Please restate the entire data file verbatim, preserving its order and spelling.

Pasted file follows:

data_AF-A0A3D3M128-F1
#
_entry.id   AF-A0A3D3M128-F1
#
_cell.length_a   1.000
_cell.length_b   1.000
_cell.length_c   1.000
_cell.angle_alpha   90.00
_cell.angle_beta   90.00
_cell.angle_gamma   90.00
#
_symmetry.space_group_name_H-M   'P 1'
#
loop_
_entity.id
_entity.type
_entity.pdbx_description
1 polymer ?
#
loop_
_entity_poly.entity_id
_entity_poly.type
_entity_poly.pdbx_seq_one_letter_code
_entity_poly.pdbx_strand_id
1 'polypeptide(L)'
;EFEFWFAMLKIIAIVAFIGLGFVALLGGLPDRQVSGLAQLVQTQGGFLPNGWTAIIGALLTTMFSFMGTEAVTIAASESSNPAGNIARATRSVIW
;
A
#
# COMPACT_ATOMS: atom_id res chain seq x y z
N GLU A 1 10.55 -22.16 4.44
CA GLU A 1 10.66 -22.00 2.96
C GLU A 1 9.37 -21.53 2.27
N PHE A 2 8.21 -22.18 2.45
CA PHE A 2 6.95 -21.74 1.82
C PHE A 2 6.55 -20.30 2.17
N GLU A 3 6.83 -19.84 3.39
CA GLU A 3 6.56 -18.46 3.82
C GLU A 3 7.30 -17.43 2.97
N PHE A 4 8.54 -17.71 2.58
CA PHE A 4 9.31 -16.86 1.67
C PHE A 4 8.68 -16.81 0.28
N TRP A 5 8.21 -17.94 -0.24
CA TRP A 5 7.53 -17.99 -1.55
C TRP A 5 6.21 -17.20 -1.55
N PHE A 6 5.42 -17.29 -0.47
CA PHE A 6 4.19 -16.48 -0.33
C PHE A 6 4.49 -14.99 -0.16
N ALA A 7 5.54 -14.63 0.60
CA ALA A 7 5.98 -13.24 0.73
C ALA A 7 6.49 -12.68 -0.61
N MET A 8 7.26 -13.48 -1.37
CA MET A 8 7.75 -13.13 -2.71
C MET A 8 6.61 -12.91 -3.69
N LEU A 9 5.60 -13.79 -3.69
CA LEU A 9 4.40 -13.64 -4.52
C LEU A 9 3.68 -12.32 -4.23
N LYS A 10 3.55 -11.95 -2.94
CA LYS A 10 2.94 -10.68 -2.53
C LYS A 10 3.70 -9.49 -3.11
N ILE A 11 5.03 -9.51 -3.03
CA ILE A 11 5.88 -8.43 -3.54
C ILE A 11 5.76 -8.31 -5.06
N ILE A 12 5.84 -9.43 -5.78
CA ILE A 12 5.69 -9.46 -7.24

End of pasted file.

data_AF-A0A3D3M128-F1
#
_entry.id   AF-A0A3D3M128-F1
#
_cell.length_a   1.000
_cell.length_b   1.000
_cell.length_c   1.000
_cell.angle_alpha   90.00
_cell.angle_beta   90.00
_cell.angle_gamma   90.00
#
_symmetry.space_group_name_H-M   'P 1'
#
loop_
_entity.id
_entity.type
_entity.pdbx_description
1 polymer ?
#
loop_
_entity_poly.entity_id
_entity_poly.type
_entity_poly.pdbx_seq_one_letter_code
_entity_poly.pdbx_strand_id
1 'polypeptide(L)'
;EFEFWFAMLKIIAIVAFIGLGFVALLGGLPDRQVSGLAQLVQTQGGFLPNGWTAIIGALLTTMFSFMGTEAVTIAASESSNPAGNIARATRSVIW
;
A
#
# COMPACT_ATOMS: atom_id res chain seq x y z
N GLU A 1 10.55 -22.16 4.44
CA GLU A 1 10.66 -22.00 2.96
C GLU A 1 9.37 -21.53 2.27
N PHE A 2 8.21 -22.18 2.45
CA PHE A 2 6.95 -21.74 1.82
C PHE A 2 6.55 -20.30 2.17
N GLU A 3 6.83 -19.84 3.39
CA GLU A 3 6.56 -18.46 3.82
C GLU A 3 7.30 -17.43 2.97
N PHE A 4 8.54 -17.71 2.58
CA PHE A 4 9.31 -16.86 1.67
C PHE A 4 8.68 -16.81 0.28
N TRP A 5 8.21 -17.94 -0.24
CA TRP A 5 7.53 -17.99 -1.55
C TRP A 5 6.21 -17.20 -1.55
N PHE A 6 5.42 -17.29 -0.47
CA PHE A 6 4.19 -16.48 -0.33
C PHE A 6 4.49 -14.99 -0.16
N ALA A 7 5.54 -14.63 0.60
CA ALA A 7 5.98 -13.24 0.73
C ALA A 7 6.49 -12.68 -0.61
N MET A 8 7.26 -13.48 -1.37
CA MET A 8 7.75 -13.13 -2.71
C MET A 8 6.61 -12.91 -3.69
N LEU A 9 5.60 -13.79 -3.69
CA LEU A 9 4.40 -13.64 -4.52
C LEU A 9 3.68 -12.32 -4.23
N LYS A 10 3.55 -11.95 -2.94
CA LYS A 10 2.94 -10.68 -2.53
C LYS A 10 3.70 -9.49 -3.11
N ILE A 11 5.03 -9.51 -3.03
CA ILE A 11 5.88 -8.43 -3.54
C ILE A 11 5.76 -8.31 -5.06
N ILE A 12 5.84 -9.43 -5.78
CA ILE A 12 5.69 -9.46 -7.24